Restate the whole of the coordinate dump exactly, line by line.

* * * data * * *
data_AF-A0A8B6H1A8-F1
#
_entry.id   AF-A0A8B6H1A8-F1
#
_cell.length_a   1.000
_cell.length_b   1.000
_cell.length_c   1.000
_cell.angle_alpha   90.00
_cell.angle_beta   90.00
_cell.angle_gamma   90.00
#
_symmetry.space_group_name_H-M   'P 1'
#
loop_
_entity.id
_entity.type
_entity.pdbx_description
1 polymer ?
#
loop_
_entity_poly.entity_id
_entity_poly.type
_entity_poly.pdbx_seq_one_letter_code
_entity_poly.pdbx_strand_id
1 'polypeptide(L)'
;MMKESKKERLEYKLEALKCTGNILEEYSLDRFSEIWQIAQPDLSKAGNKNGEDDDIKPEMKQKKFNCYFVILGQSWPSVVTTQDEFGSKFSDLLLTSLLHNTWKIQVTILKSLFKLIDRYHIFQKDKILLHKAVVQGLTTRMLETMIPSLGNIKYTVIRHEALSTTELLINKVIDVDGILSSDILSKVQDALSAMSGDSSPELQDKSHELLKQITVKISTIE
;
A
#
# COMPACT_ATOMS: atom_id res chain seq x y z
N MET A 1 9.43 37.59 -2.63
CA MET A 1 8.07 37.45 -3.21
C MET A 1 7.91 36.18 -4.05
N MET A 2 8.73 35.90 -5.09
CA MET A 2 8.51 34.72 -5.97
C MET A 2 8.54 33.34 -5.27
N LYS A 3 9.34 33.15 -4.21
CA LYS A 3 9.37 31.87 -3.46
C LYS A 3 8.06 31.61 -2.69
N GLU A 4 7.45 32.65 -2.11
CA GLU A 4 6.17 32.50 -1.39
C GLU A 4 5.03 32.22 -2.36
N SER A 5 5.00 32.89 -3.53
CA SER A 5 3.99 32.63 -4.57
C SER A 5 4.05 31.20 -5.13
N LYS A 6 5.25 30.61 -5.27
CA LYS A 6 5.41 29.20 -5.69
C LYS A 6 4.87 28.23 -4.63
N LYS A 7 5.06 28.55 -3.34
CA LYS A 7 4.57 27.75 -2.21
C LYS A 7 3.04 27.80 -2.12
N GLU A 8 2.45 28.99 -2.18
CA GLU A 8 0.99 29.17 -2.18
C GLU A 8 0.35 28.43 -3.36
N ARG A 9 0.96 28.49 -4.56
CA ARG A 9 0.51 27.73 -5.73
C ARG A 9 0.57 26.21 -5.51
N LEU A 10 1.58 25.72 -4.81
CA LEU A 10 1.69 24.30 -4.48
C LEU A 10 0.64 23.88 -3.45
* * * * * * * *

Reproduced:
data_AF-A0A8B6H1A8-F1
#
_entry.id   AF-A0A8B6H1A8-F1
#
_cell.length_a   1.000
_cell.length_b   1.000
_cell.length_c   1.000
_cell.angle_alpha   90.00
_cell.angle_beta   90.00
_cell.angle_gamma   90.00
#
_symmetry.space_group_name_H-M   'P 1'
#
loop_
_entity.id
_entity.type
_entity.pdbx_description
1 polymer ?
#
loop_
_entity_poly.entity_id
_entity_poly.type
_entity_poly.pdbx_seq_one_letter_code
_entity_poly.pdbx_strand_id
1 'polypeptide(L)'
;MMKESKKERLEYKLEALKCTGNILEEYSLDRFSEIWQIAQPDLSKAGNKNGEDDDIKPEMKQKKFNCYFVILGQSWPSVVTTQDEFGSKFSDLLLTSLLHNTWKIQVTILKSLFKLIDRYHIFQKDKILLHKAVVQGLTTRMLETMIPSLGNIKYTVIRHEALSTTELLINKVIDVDGILSSDILSKVQDALSAMSGDSSPELQDKSHELLKQITVKISTIE
;
A
#
# COMPACT_ATOMS: atom_id res chain seq x y z
N MET A 1 9.43 37.59 -2.63
CA MET A 1 8.07 37.45 -3.21
C MET A 1 7.91 36.18 -4.05
N MET A 2 8.73 35.90 -5.09
CA MET A 2 8.51 34.72 -5.97
C MET A 2 8.54 33.34 -5.27
N LYS A 3 9.34 33.15 -4.21
CA LYS A 3 9.37 31.87 -3.46
C LYS A 3 8.06 31.61 -2.69
N GLU A 4 7.45 32.65 -2.11
CA GLU A 4 6.17 32.50 -1.39
C GLU A 4 5.03 32.22 -2.36
N SER A 5 5.00 32.89 -3.53
CA SER A 5 3.99 32.63 -4.57
C SER A 5 4.05 31.20 -5.13
N LYS A 6 5.25 30.61 -5.27
CA LYS A 6 5.41 29.20 -5.69
C LYS A 6 4.87 28.23 -4.63
N LYS A 7 5.06 28.55 -3.34
CA LYS A 7 4.57 27.75 -2.21
C LYS A 7 3.04 27.80 -2.12
N GLU A 8 2.45 28.99 -2.18
CA GLU A 8 0.99 29.17 -2.18
C GLU A 8 0.35 28.43 -3.36
N ARG A 9 0.96 28.49 -4.56
CA ARG A 9 0.51 27.73 -5.73
C ARG A 9 0.57 26.21 -5.51
N LEU A 10 1.58 25.72 -4.81
CA LEU A 10 1.69 24.30 -4.48
C LEU A 10 0.64 23.88 -3.45